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The Guide to Tailored Internet Connectivity Solutions

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Louis Jardim, commercial director, Turrito Networks.
Louis Jardim, commercial director, Turrito Networks.

It is now widely acknowledged and accepted that every modern business – from the SME to the multinational, and from the web developer to the wine seller – needs a reliable and speedy Internet connection to stay afloat. Whether it simply be sending emails and surfing the Net, or connecting to clients in London over Skype, connectivity has become an essential business commodity.

Parallel to the demand for connectivity, however, an ever-widening range of Internet Service Providers (ISPs) and solutions has emerged – which has made it extremely difficult and often confusing for business leaders to find the right connectivity solution for their needs. Every business has a unique set of connectivity requirements, and contrary to what many ISPs propose, there is certainly no one-size-fits-all solution. As a result, it is absolutely critical that business leaders understand each solution offered to them and can make decisions from an educated and discerning place.

To simplify matters, here are five key points to consider when deciding on the connectivity solution for your SME:

1. Understand What Broadband Really Means
With any type of broadband offering, the critical point to grasp is that it will be what is termed a ‘best effort service.’ This means that the ISP cannot provide a Service Level Agreement that will guarantee performance and throughput over the network. So if you have paid for a 100Mbps line, and there is contention over the network (i.e. it’s overloaded), then chances are you will be getting a small percentage of the upload and download performance that you were hoping for.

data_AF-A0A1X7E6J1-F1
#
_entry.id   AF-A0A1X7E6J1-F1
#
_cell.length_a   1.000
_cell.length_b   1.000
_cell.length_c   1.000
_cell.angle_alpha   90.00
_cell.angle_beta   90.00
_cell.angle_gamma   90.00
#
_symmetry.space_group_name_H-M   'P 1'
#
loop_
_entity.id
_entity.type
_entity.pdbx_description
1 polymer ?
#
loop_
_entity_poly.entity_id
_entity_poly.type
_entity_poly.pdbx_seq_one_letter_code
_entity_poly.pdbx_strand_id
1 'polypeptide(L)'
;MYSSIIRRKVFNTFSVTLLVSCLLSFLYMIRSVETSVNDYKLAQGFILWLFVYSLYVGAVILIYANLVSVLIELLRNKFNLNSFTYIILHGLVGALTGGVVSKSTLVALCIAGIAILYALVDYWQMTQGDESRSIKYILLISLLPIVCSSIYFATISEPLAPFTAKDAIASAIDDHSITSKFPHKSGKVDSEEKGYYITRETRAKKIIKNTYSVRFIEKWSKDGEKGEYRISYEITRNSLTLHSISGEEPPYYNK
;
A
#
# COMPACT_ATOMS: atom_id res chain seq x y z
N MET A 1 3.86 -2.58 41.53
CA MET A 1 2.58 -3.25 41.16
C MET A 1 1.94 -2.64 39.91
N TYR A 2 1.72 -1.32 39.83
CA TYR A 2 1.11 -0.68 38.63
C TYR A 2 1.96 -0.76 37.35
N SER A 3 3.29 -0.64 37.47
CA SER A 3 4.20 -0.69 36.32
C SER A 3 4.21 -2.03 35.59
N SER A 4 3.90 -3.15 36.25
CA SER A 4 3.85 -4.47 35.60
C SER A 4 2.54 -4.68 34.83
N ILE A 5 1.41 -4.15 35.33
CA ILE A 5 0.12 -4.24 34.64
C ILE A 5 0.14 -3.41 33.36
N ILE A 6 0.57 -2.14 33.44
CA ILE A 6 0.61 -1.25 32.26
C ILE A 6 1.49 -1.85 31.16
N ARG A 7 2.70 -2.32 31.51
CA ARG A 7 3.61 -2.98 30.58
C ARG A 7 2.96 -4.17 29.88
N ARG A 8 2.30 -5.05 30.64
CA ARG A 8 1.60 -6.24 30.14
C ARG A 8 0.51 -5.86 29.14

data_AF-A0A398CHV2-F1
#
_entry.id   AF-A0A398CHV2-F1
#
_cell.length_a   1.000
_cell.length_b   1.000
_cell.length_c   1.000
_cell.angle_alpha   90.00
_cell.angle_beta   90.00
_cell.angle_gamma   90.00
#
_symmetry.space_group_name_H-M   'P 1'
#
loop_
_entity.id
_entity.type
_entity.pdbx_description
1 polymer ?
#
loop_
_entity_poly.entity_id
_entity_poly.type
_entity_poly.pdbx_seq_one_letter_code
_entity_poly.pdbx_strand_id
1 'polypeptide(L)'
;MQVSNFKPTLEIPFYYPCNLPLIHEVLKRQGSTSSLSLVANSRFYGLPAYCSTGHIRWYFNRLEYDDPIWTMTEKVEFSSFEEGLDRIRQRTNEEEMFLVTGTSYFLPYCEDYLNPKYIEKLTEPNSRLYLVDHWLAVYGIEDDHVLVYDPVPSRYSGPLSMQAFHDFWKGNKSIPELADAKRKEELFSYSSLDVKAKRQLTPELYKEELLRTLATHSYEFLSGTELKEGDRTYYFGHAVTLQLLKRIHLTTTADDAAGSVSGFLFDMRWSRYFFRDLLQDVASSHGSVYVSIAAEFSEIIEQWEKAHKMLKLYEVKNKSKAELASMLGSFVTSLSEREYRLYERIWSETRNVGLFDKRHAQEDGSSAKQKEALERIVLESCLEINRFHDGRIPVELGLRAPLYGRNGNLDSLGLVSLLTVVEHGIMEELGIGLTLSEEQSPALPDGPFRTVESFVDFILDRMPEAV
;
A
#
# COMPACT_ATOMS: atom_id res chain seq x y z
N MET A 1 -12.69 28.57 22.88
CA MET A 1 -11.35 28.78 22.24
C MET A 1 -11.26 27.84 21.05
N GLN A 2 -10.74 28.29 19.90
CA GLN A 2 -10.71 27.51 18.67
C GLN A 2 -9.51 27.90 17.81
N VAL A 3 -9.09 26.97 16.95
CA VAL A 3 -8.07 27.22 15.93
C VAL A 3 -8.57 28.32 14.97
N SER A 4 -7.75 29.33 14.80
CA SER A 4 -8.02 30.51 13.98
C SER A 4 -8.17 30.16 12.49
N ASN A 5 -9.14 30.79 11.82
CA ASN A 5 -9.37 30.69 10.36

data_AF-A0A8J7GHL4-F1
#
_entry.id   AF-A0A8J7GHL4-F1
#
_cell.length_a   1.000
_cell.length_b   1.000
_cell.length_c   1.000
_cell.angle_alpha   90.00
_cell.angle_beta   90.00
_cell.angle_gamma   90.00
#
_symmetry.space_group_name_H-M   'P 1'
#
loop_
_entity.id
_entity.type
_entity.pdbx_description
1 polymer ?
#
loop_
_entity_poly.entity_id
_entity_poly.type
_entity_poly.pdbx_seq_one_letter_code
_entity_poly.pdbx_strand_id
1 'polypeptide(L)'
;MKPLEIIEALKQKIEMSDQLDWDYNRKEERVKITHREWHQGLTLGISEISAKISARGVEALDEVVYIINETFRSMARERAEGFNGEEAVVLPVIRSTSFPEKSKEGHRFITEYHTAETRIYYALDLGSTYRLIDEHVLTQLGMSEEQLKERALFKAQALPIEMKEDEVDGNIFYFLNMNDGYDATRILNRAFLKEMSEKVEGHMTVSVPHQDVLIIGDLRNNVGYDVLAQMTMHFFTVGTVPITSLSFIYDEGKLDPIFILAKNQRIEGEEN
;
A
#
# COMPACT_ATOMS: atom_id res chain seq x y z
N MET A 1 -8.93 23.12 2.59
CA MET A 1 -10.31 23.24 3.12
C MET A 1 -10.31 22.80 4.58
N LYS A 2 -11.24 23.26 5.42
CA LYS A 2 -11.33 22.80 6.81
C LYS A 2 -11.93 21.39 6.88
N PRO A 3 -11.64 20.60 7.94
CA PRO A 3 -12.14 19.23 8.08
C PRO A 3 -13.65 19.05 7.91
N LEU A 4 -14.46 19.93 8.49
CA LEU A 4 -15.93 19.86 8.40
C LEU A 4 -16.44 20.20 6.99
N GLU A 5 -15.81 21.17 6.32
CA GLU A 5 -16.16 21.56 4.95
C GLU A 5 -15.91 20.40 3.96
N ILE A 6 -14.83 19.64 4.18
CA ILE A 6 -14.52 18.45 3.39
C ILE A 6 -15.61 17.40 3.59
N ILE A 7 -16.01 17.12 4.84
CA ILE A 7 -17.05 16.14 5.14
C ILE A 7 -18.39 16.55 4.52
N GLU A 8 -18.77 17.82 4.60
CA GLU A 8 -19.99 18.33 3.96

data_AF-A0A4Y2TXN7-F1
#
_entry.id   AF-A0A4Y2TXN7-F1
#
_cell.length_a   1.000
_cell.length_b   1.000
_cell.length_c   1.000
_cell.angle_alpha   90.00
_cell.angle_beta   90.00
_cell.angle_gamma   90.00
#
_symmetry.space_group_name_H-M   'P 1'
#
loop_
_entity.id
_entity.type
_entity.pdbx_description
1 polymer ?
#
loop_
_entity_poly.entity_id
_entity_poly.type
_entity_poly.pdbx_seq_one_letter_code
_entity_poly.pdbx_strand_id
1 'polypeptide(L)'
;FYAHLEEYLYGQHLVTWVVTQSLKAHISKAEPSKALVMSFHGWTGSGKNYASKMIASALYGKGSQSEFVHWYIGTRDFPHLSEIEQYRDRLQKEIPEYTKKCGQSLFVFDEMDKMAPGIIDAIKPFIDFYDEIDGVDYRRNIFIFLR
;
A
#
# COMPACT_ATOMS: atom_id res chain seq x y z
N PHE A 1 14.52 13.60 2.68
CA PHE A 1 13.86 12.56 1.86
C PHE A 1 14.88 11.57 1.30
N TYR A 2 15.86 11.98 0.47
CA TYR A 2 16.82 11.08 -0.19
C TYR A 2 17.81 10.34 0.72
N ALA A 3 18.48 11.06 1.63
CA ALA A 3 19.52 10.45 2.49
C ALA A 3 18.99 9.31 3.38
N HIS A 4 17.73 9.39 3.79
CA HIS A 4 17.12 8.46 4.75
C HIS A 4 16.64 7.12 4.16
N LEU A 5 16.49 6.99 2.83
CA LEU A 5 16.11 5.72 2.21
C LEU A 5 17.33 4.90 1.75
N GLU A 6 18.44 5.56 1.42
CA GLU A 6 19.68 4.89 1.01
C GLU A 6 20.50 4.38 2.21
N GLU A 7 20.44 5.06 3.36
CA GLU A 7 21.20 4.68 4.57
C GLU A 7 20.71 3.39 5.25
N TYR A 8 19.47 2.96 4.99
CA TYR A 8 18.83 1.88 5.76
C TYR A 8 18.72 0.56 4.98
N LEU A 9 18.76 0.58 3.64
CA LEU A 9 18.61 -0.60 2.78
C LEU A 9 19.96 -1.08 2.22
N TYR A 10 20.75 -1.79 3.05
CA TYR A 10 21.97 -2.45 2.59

For the business, and particularly as an SME, there is little recourse when a broadband solution underperforms – which it often does. When clients are requiring Voice over Internet capabilities, ensure that your service provider does not route VOIP traffic over the Internet, but rather provide you with a separate VLAN (a separate highway, so to speak) to route VOIP traffic over this highway as opposed to the internet which results in poor voice quality.

2. Talk About Contention
Before you agree on a solution and sign on the dotted line, it’s important that you understand contention (or the volume of traffic) on the line. So, being clear on what the throughput speed is that you are guaranteed on that link.

In most cases broadband solutions are sold with levels of contention such as 1:4 (four businesses sharing the same data capacity) or 1:10 (ten businesses sharing the same data capacity).

The impact? On a 10 Meg link with a 1:10 contention, customers can expect to get speeds of 1 Meg upload and download because of the contention ratios applied by the service provider.

3. When things go wrong
When it comes to connectivity, chances are that something will go wrong at some point. An undersea cable will be damaged, a tower will go down, and a fibre connection will fail.

As a business owner, it is critical to understand exactly what recourse you have, and if the ISP is equipped to adequately handle these events.

Do they have a call centre that operates 24/7, 7 days a week? Are there punitive measures in place should the link be down for hours or days? Is a 99% uptime which equates to 7 hours of downtime per month acceptable for your business?

On paper, 99% uptime sounds great, but if your business can ill afford 7 hours downtime, look for a solution with a higher uptime percentage.

4. Avoid Long Term Contracts
Driven by market forces, the cost of bandwidth is coming down by as much as 30% every six to eight months. Which is normal, given that connectivity has become such an essential commodity. For businesses, it is therefore self-defeating to sign a contract for any longer than 12 or 24 months – because you will be locked into the price and unable to reap the benefits when the cost of bandwidth drops in a year’s time. Despite this fact, ISPs still seek to sign businesses onto three-year contracts – a move which is certainly not in the interests of any savvy business owner.

5. Work with a Provider that Gets Your Business
Every business has a unique set of connectivity needs.

Some businesses simply need to send emails reliably, while others need to be able to upload monstrous files quickly. Advertising and design agencies, for example, need to be able to quickly upload and download big files for their clients. It is so important that you work with either an ISP or a third party expert to ensure that you get a solution that caters for these needs.

Too often, businesses are paying for features they simply don’t need, while their core requirements go unfulfilled.

By Louis Jardim

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